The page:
Inelastic Effects in Molecular Conduction
Molecular electron transfer, as treated by the Marcus theory, strongly depends on nuclear motion as a way to achieve critical configurations in which charge rearrangement is possible. The electron tunneling process itself is assumed to occur in a static nuclear environment. In the application of the Landauer theory to conduction in molecular junctions, the electron transmission process is assumed to be elastic and nuclear motion is usually disregarded. This talk will focus several aspects of this issue. First, timescale criteria for disregarding or including nuclear motion in analyzing electron transmission through molecules and molecular layers will be presented. Second, the effect of nuclear motion on the overall transmission probability will be demonstrated for electron tunneling through water layers. Third, the effect of thermal relaxation and dephasing on the transition from tunneling to activated hopping as the dominant transmission mechanism will be considered. Finally, a framework for estimating heating and expected temperature rise in current carrying molecular junctions will be described. The latter issue requires consideration also of the heat conduction properties of molecular wires.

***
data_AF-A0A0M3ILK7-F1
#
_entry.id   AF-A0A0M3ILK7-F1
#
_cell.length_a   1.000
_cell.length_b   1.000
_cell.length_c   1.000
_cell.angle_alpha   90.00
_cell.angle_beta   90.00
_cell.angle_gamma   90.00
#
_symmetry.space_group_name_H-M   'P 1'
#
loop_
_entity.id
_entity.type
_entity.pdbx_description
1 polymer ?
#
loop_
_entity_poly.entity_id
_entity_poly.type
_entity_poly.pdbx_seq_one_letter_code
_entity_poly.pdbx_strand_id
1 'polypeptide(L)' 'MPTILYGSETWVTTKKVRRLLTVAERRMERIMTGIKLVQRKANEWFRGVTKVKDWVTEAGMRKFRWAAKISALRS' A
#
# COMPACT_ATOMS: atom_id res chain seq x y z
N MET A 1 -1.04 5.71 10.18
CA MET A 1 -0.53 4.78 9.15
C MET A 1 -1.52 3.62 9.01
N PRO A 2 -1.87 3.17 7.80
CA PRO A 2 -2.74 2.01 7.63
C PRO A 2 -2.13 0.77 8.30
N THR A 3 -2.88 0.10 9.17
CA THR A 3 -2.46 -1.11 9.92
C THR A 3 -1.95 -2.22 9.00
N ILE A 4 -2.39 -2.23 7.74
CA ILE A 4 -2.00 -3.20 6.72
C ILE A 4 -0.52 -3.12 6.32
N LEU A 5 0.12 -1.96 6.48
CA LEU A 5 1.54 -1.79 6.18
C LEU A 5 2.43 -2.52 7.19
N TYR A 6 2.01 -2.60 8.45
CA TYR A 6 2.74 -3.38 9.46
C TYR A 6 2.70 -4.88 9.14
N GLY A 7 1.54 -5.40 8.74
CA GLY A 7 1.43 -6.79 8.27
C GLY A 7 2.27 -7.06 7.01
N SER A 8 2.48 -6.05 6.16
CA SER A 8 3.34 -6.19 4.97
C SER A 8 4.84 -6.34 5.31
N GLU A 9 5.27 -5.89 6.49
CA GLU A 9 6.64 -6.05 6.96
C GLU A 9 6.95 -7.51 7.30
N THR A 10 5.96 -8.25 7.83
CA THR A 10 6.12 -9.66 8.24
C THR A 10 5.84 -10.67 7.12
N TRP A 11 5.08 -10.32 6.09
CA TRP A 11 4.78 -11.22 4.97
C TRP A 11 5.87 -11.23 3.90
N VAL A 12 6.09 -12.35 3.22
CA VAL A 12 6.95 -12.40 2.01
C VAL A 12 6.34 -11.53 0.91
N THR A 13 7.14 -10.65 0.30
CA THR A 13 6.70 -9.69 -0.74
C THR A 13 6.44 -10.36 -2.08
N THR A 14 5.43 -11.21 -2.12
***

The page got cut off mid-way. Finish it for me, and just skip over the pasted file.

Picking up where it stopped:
Abraham Nitzan was born in Israel in 1944.He received his B.Sc. in chemistry in 1964, his M.Sc. in physical chemistry in 1966, both from the Hebrew University, and his Ph.D. in 1972 from Tel Aviv University. He had a postdoctoral Fullbright Fellowship at MIT, was a research associate at the University of Chicago, and taught at Northwestern University before joining the Faculty at Tel Aviv University. At TAU he has been a Professor of Chemistry since 1982 and also served as Chairman of the School of Chemistry in 1984-7, and Dean of the Faculty of Science in 1995-8. He is a fellow of the APS and of the AAAS. Nitzan's research is in the field of chemical dynamics and transport phenomena in condensed phases. Recent work has focused on solvation and transport of ions in simple and complex solvents and in electron solvation and transport molecular environment and interfaces.
Researchers should cite this work as follows:
EE 317, Purdue University, West Lafayette, IN